If you are a fan of racing simulations, Forza Motorsport 5 is a must, as it offers what may be the most realistic looking and driving experience you can have in a game up to this point. If you are not a racing sim fan, Forza Motorsport 5 won't likely change that opinion as players looking for a bit more in terms of visceral driving thrills will have to settle for EA's Need for Speed Rivals.

The graphics in the game are pretty incredible as you get behind the wheel of some highly expensive and good looking sports cars as you race around in tracks all over the world. You can even see flakes coming off the car's paint job and rubber. We love the idea of the Drivatar, which takes information from your driving style in single player and uploads it to the cloud where it can compete with other real racers.

Killer Instinct

You have to have a good fighting game for a console launch and developer Double Helix delivers it for the Xbox One, and in an affordable package of $19.99. We wish there were more than six fighters to choose from (two more are coming in 2014) and there's not a proper Arcade single player mode,  but the fighting gameplay itself is tons of fun and it also offers a lot of tutorials that should help players really hone their button mashing and combo skills.

Multiplayer offers both ranked and unranked matches as the game tries to find players that are up to your own skill level and it mostly succeeds. If you play for the $39.99 Ultra version you get some additional character costumes and the original Rare-developed Killer Instinct game from the 1990s, which holds up quite nicely 20 or so years later.

Crimson Dragon

If this game feels like it was made for the Xbox 360, that's because it originally was meant to be a Kinect exclusive for Microsoft's older console. Like other launch games such as Ryse or LocoCycle, Microsoft made the decision to push back its release so it can be an Xbox One launch title.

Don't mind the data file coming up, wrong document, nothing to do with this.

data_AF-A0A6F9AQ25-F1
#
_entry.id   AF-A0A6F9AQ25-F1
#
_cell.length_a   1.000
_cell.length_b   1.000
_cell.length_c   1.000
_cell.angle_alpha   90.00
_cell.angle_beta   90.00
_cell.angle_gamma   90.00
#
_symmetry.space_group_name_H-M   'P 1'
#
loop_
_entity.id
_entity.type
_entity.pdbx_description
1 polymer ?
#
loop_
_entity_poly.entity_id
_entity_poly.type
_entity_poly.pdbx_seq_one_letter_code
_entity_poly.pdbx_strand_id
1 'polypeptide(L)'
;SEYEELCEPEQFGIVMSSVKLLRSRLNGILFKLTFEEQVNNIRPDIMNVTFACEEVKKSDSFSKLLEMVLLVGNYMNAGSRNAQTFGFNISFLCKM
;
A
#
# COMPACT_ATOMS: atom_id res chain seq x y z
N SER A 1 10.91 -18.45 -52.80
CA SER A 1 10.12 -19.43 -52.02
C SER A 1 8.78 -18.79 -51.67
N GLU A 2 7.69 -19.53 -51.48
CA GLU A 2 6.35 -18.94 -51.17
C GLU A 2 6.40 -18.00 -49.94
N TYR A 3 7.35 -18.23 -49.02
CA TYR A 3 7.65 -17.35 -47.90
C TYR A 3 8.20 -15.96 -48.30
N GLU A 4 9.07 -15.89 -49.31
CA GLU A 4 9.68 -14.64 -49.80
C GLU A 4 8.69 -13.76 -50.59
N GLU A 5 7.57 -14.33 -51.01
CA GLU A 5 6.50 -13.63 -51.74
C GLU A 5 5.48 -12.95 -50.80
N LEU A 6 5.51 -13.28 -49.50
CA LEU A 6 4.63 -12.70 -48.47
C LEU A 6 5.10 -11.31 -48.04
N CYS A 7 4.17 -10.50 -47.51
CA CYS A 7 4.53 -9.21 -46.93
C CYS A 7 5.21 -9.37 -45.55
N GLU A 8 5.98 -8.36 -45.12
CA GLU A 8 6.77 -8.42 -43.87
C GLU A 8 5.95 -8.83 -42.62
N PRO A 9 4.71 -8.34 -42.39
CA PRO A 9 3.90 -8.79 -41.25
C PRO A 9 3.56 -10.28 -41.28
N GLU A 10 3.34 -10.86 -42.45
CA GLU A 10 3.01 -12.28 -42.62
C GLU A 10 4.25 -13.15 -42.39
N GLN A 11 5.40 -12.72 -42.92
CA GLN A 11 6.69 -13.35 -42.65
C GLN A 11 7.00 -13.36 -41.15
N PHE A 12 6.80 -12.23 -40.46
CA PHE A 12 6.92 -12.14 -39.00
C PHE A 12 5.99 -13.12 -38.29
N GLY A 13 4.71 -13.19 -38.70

As it stands, this rail shooter where you are in command of a dragon-like creature in a sci-fi world just doesn't work. It's both dull looking and a bore to play. It's a shame because this game was developed by some of the same folks behind the classic Panzer Dragoon games from Sega. No one will be saying Crimson Dragon is a classic game, ever.

Powerstar Golf

It's not a golf simulation and it's not meant to be one. Developer Zoe Mode has instead crafted a fun way to pass the time by playing a game where both the golfers and their caddies can have "special powers" in order to perform golf shots that would never be able to happen in the real world. As you play the game you unlock new characters, gold courses and more content.

The graphics look OK, but as with Crimson Dragon Powerstar Golf looks like a game that was made for last generation's console hardware. However, it does use the Xbox One's cloud server features in interesting ways, including showing players what the current records are directly in the game itself.

Zoo Tycoon

Could the best first party Xbox One game really be a zoo sim? I haven't played this game long enough to give it that verdict yet but developer Frontier Developments has made a revival of Microsoft's zoo building sim game that's great looking, easy to pick up and play and ultimately addictive as you try to make the best zoo you can for both your animals and your customers.